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Equatorial Guinea vote ‘unlikely to be fair’

Published May 8, 2013


Dakar - Equatorial Guinea's elections this month are unlikely to be free as the organising body is controlled by the government and the work of observers will be severely restricted, three human rights organisations said on Tuesday.

Voters in the oil-rich Central African state are due to vote on May 26 to choose members of Parliament, senators and local councillors in an election expected to tighten President Teodoro Nguema Obiang's 34-year grip on power.

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Amnesty International, EG Justice and Human Rights Watch said in a joint statement that the government was not respecting its own laws guaranteeing freedom of expression, assembly and association.

“President Obiang often says that Africans should demand a voice in global affairs but he denies one to the people of Equatorial Guinea,” Tutu Alicante, executive director at EG Justice, said in the statement.

Obiang rejected the accusations, saying his government had carried out reforms to strengthen its electoral process and was improving citizen participation.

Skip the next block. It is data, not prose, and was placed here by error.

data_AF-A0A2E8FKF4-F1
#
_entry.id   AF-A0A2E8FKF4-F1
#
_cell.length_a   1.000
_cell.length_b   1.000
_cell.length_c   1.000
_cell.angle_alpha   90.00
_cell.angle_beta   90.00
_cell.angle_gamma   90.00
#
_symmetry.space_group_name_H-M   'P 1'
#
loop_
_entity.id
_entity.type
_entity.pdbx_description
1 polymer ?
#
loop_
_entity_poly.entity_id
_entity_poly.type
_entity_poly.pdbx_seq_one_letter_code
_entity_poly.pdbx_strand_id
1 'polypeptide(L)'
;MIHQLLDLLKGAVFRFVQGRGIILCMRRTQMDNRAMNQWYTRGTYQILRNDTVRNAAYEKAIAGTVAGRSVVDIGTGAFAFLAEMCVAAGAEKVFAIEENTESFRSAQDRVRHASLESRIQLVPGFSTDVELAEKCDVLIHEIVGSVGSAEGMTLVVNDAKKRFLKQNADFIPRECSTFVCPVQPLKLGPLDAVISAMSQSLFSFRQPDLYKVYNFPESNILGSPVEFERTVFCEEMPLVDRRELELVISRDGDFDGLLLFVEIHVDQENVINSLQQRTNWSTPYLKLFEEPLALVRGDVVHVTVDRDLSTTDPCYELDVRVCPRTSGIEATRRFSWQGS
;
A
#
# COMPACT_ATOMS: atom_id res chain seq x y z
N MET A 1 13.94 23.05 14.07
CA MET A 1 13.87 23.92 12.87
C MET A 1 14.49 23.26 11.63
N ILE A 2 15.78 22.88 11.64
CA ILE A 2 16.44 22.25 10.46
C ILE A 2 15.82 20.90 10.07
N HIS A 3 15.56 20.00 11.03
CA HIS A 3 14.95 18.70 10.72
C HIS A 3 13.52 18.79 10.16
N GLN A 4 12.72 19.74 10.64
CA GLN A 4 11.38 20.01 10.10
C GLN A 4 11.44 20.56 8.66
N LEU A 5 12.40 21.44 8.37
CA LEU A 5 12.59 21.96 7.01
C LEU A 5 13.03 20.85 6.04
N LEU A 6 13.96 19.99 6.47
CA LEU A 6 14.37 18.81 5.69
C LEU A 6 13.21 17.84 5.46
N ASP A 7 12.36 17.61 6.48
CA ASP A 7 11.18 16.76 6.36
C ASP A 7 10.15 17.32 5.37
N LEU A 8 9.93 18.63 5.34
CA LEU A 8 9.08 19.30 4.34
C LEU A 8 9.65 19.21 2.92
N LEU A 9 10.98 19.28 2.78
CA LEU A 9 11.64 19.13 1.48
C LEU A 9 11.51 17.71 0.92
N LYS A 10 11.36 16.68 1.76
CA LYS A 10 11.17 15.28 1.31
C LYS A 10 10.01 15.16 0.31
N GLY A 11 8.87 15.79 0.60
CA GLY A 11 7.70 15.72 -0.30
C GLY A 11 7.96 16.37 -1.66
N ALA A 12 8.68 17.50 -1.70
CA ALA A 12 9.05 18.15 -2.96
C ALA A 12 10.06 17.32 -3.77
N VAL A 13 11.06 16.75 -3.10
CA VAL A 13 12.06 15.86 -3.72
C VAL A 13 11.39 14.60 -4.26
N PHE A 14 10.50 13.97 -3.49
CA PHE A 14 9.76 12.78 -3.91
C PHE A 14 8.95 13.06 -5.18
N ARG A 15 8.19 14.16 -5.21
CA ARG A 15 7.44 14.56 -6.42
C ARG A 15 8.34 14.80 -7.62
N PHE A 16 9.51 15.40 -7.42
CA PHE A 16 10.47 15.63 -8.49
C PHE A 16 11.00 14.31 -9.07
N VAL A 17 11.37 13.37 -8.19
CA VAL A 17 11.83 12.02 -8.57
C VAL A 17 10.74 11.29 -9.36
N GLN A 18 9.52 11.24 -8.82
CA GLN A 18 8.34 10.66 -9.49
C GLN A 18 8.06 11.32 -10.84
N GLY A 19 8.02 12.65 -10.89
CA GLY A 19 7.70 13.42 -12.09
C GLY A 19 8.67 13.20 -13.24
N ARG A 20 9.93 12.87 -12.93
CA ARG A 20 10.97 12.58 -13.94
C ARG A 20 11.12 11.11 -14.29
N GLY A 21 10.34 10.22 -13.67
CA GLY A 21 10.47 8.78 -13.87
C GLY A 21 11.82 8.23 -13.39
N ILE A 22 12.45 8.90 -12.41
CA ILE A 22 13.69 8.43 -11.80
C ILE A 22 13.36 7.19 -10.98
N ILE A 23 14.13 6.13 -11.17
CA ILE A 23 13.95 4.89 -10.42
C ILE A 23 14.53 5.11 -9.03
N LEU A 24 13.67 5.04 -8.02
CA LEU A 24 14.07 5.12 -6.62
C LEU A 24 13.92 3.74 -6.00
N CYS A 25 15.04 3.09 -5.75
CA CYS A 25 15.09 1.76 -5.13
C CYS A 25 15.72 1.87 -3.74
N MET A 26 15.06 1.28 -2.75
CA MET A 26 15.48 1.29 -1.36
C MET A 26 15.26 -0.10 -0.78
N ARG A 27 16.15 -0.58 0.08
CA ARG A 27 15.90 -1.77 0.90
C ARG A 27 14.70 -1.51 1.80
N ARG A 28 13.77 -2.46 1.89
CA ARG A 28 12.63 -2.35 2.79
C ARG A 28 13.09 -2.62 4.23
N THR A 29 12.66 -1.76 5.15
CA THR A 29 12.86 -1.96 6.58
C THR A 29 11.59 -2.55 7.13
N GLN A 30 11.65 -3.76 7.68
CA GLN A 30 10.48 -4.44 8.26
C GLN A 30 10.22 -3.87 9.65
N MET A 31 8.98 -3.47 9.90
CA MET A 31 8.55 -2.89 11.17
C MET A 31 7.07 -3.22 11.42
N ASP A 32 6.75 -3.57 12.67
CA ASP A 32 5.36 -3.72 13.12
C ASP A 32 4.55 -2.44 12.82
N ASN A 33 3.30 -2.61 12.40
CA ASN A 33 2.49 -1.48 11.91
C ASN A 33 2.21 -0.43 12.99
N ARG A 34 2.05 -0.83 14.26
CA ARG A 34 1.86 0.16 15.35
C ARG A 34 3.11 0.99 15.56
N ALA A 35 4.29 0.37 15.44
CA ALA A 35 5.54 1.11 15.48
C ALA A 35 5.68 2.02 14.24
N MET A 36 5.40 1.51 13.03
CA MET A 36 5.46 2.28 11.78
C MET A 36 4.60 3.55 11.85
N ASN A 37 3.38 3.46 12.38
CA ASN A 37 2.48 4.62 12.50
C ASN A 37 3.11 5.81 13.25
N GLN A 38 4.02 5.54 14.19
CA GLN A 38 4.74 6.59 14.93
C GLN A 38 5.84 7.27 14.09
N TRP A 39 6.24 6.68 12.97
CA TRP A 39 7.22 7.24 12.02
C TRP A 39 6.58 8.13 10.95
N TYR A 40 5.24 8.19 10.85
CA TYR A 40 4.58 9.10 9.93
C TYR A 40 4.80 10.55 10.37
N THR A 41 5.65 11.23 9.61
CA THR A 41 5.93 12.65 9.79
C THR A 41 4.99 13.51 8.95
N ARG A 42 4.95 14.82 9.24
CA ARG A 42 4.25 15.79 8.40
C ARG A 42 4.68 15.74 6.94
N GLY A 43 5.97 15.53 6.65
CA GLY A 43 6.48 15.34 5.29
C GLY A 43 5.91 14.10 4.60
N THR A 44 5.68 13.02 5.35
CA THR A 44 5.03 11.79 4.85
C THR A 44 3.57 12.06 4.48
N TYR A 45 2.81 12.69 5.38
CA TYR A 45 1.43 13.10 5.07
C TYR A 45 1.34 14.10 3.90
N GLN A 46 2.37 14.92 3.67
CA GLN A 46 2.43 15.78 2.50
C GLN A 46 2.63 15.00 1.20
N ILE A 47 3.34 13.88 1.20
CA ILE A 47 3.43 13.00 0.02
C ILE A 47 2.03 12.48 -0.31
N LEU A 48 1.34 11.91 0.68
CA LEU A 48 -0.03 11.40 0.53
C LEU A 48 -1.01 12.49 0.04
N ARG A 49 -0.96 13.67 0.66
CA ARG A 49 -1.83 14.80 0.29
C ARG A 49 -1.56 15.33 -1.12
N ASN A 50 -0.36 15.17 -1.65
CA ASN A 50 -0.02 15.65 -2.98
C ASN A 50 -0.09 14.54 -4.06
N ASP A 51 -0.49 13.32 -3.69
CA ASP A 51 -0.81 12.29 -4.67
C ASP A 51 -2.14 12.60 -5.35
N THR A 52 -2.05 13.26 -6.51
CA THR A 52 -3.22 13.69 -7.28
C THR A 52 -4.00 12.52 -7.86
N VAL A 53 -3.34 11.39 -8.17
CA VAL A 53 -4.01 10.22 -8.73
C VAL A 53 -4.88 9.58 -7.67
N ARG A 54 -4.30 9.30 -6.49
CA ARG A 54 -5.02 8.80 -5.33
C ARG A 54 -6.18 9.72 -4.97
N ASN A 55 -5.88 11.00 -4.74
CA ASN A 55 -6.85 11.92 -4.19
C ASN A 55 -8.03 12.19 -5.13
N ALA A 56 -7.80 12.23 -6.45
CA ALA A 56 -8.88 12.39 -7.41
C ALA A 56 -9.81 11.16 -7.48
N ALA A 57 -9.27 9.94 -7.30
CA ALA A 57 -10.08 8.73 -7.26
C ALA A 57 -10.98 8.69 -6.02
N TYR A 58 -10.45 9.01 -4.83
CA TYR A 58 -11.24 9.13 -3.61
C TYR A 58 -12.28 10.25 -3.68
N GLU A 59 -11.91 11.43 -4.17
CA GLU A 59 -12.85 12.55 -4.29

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“We are surprised that international non-governmental organisations have criticised us while we work to improve systems,” the president said in a statement.

“Our most vocal critics have not even bothered to spend time witnessing our progress or working with our people to make positive change,” Obiang said.

The human rights groups said the country has no independent body to oversee the vote or deal with complaints related to it.

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“The National Election Commission is controlled by the ruling party and is headed by the interior minister, a prominent member of the governing party,” Alicante said.

The groups said a decree issued in March imposed strict rules on international observers, including the need to follow a government-issued programme, speaking to media only with permission and refraining from making disparaging comments.

While oil wealth has improved the infrastructure in the Central African nation of 700 000, critics say corruption remains rampant, progress on social programmes has been slow and the government has zero tolerance for dissent.

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There is just one opposition member in the 100-seat parliament and critics have warned that Obiang is seeking to line up his son Teodoro Nguema Obiang Mangue, widely known as “Teodorin”, as his successor. - Reuters

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